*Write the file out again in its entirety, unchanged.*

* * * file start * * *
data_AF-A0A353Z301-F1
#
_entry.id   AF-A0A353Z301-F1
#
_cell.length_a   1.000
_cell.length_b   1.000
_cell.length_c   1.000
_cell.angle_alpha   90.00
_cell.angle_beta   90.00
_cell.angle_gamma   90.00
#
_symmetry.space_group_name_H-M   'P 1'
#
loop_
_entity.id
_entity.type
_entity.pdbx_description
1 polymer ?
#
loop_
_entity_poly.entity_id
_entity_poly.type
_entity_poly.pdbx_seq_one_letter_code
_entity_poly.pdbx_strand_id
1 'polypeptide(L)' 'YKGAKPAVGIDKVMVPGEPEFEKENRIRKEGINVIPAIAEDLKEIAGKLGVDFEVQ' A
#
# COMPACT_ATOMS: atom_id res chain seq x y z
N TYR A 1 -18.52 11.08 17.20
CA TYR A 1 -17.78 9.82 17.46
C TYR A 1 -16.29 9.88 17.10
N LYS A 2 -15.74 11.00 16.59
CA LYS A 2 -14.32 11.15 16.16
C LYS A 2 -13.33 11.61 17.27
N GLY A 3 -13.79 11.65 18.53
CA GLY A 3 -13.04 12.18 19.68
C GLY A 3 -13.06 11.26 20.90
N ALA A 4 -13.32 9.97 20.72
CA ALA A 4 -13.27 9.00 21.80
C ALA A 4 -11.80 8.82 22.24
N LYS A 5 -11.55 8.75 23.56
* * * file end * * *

data_AF-A0A353Z301-F1
#
_entry.id   AF-A0A353Z301-F1
#
_cell.length_a   1.000
_cell.length_b   1.000
_cell.length_c   1.000
_cell.angle_alpha   90.00
_cell.angle_beta   90.00
_cell.angle_gamma   90.00
#
_symmetry.space_group_name_H-M   'P 1'
#
loop_
_entity.id
_entity.type
_entity.pdbx_description
1 polymer ?
#
loop_
_entity_poly.entity_id
_entity_poly.type
_entity_poly.pdbx_seq_one_letter_code
_entity_poly.pdbx_strand_id
1 'polypeptide(L)' 'YKGAKPAVGIDKVMVPGEPEFEKENRIRKEGINVIPAIAEDLKEIAGKLGVDFEVQ' A
#
# COMPACT_ATOMS: atom_id res chain seq x y z
N TYR A 1 -18.52 11.08 17.20
CA TYR A 1 -17.78 9.82 17.46
C TYR A 1 -16.29 9.88 17.10
N LYS A 2 -15.74 11.00 16.59
CA LYS A 2 -14.32 11.15 16.16
C LYS A 2 -13.33 11.61 17.27
N GLY A 3 -13.79 11.65 18.53
CA GLY A 3 -13.04 12.18 19.68
C GLY A 3 -13.06 11.26 20.90
N ALA A 4 -13.32 9.97 20.72
CA ALA A 4 -13.27 9.00 21.80
C ALA A 4 -11.80 8.82 22.24
N LYS A 5 -11.55 8.75 23.56